Two days after the Law School”s race-conscious admissions policy was struck down by a federal judge, the Rev. Jesse Jackson stood on the steps of the Harlan Hatcher Graduate Library yesterday and encouraged students to fight the ruling.
“This is another great movement now. It”s Ann Arbor. It”s this campus. It”s your day. Don”t let the confederates turn back the clock. This is the American flag one America, one people,” Jackson said, speaking about U.S. District Judge Bernard Friedman”s opinion handed down Tuesday. “Affirmative action is not a minority issue, it is a majority issue.”
Jackson, founder of the Rainbow/PUSH Coalition, rallied hundreds of students who filled the Diag in support of affirmative action and to show the courts that Friedman”s decision will not be accepted by the University.
“Keep making America better and better. We are a better nation because of this University,” he said. “Here you stand multi-racial, multi-cultural. Brother King would be proud of you.”
He said race should be a deciding factor in admissions because universities use other fundamental factors like legacy. “Legacy is a factor. Gender is a factor. Geography is a factor. Let”s include all the factors and make American universities look like America”s future,” he said.
During the rally, Coalition to Defend Affirmative Action By Any Means Necessary member Erika Dowdell addressed Martin Luther King Jr.”s “I have a dream” speech, in which he said, “We have come to cash this check a check that will give us upon demand the riches of freedom and the security of justice.”
Dowdell, an LSA junior, said it is time to fulfill King”s dream. “This new movement must demand that that check be cashed. We will fight this case all the way to the Supreme Court and we will not end until we see every race being represented in our schools and every institution of education.”
Dowdell said Friedman admitted racism is a part of society but said his decision showed he does not care. “We will not stand for his “oh well” attitude. We will not have an “oh well” attitude. We want integration in this society now,” she said.
BAMN member Jessica Curtin, a Rackham student, said the decision took her by surprise but she is confident that “one man” is not the deciding factor in the fight against affirmative action.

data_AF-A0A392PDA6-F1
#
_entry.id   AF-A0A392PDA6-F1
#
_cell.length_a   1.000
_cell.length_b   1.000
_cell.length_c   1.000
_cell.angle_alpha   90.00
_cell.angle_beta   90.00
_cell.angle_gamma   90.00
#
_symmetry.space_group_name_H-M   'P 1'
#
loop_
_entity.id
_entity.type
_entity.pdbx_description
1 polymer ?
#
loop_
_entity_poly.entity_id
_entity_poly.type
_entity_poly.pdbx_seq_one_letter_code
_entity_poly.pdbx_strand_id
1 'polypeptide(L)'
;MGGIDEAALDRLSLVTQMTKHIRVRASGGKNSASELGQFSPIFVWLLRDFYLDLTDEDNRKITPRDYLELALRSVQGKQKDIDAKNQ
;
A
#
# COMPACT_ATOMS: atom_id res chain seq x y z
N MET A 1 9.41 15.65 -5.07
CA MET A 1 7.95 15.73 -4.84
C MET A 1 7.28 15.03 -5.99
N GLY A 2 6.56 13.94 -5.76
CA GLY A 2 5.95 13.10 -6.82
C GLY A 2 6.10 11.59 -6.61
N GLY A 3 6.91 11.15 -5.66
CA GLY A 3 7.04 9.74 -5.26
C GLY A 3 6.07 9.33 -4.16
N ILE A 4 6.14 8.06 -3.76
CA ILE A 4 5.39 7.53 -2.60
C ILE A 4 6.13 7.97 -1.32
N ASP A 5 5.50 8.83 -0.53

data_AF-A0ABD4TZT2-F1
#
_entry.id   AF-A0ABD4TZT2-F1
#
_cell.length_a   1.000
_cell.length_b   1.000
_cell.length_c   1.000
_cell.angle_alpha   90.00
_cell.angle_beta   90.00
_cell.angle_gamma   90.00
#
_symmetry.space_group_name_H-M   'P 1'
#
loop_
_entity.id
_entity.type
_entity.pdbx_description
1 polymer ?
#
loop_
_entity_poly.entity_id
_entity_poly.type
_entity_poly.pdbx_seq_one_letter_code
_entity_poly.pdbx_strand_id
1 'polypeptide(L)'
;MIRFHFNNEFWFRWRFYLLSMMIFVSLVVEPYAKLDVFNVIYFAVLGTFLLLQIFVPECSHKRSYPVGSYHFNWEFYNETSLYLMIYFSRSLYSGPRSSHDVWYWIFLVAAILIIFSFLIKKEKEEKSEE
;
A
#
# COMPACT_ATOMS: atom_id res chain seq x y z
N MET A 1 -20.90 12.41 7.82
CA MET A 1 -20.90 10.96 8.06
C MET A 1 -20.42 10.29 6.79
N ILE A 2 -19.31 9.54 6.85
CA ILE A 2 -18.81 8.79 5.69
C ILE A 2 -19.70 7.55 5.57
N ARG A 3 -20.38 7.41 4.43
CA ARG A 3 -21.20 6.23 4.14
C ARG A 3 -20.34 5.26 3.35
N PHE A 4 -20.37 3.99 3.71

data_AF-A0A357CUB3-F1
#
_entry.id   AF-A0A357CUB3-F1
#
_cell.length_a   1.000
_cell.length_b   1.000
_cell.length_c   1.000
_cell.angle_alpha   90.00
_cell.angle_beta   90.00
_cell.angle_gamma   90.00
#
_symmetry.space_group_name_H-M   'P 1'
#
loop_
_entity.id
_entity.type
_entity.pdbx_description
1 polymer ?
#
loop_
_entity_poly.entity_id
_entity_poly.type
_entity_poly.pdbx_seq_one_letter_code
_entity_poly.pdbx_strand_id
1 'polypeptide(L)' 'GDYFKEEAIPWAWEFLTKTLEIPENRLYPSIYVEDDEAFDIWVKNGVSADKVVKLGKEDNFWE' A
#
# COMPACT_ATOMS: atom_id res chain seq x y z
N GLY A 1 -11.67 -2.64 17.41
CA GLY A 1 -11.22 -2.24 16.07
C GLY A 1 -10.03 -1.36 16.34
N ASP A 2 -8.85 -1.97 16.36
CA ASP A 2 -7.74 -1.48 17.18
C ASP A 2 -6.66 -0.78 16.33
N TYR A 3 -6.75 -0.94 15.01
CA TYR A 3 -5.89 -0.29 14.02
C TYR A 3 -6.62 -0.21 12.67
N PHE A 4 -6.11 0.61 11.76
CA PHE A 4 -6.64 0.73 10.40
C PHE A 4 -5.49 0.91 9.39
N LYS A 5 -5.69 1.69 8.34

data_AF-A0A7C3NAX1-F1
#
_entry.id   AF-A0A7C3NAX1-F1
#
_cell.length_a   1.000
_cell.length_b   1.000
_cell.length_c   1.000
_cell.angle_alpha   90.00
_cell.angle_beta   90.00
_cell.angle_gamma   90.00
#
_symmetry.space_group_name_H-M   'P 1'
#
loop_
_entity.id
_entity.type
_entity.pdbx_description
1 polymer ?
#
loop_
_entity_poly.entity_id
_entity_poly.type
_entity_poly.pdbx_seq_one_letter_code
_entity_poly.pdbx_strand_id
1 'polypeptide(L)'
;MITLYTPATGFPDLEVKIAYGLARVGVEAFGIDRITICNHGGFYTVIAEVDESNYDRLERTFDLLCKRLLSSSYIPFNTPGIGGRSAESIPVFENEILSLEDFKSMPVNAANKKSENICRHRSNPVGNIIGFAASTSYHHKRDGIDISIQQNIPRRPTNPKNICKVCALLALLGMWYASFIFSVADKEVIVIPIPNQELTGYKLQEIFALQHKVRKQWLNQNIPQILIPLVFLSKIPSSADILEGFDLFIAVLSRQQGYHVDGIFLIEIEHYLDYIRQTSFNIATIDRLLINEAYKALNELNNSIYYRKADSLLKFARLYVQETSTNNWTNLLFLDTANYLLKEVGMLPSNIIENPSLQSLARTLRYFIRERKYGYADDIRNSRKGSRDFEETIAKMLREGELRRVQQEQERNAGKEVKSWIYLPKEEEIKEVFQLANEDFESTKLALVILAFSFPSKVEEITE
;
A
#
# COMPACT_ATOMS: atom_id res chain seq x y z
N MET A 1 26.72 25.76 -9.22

“We know that we are right, we know that racism exists in this society and that there must be social programs to offset it. We are going to go to the Supreme Court and win,” she said.
Miranda Massie, the lead attorney for the student intervenors in the lawsuit, called the judge”s opinion “dishonest,” “wretched,” “backward” and “regressive.” Massie said Friedman”s ruling should not hold up in higher courts but urged all students to read the 90-page opinion. “You cannot read that opinion with an open mind and think that Judge Friedman ever had an open mind, before, during or after the trial.”
Jackson called on students to join the national march in Washington, planned for October, and the national conference on affirmative action planned for April or May that will be held here.
“It should be a national conference here to prepare for a major logistical gathering,” Jackson told reporters after the rally. “Race is too fundamental to our culture.”
Curtin later said the point of the rally is to impact the decision of the Supreme Court.
Most students supported Jackson”s ideas, but not everyone was impressed with what he had to say.
“I”m really excited about the initiative that the students have taken,” said LSA freshman Natoya Coleman. “I have a sense of comfort that everything”s going to turn out to be okay.”
“I think he was avoiding a lot of the topic,” said John Donovan, an Engineering sophomore.
Donovan, who said he does not believe taking away affirmative action will lead to resegregation, said Jackson spent too much time focusing on segregation and not affirmative action. “I think he was just finding something to attack.”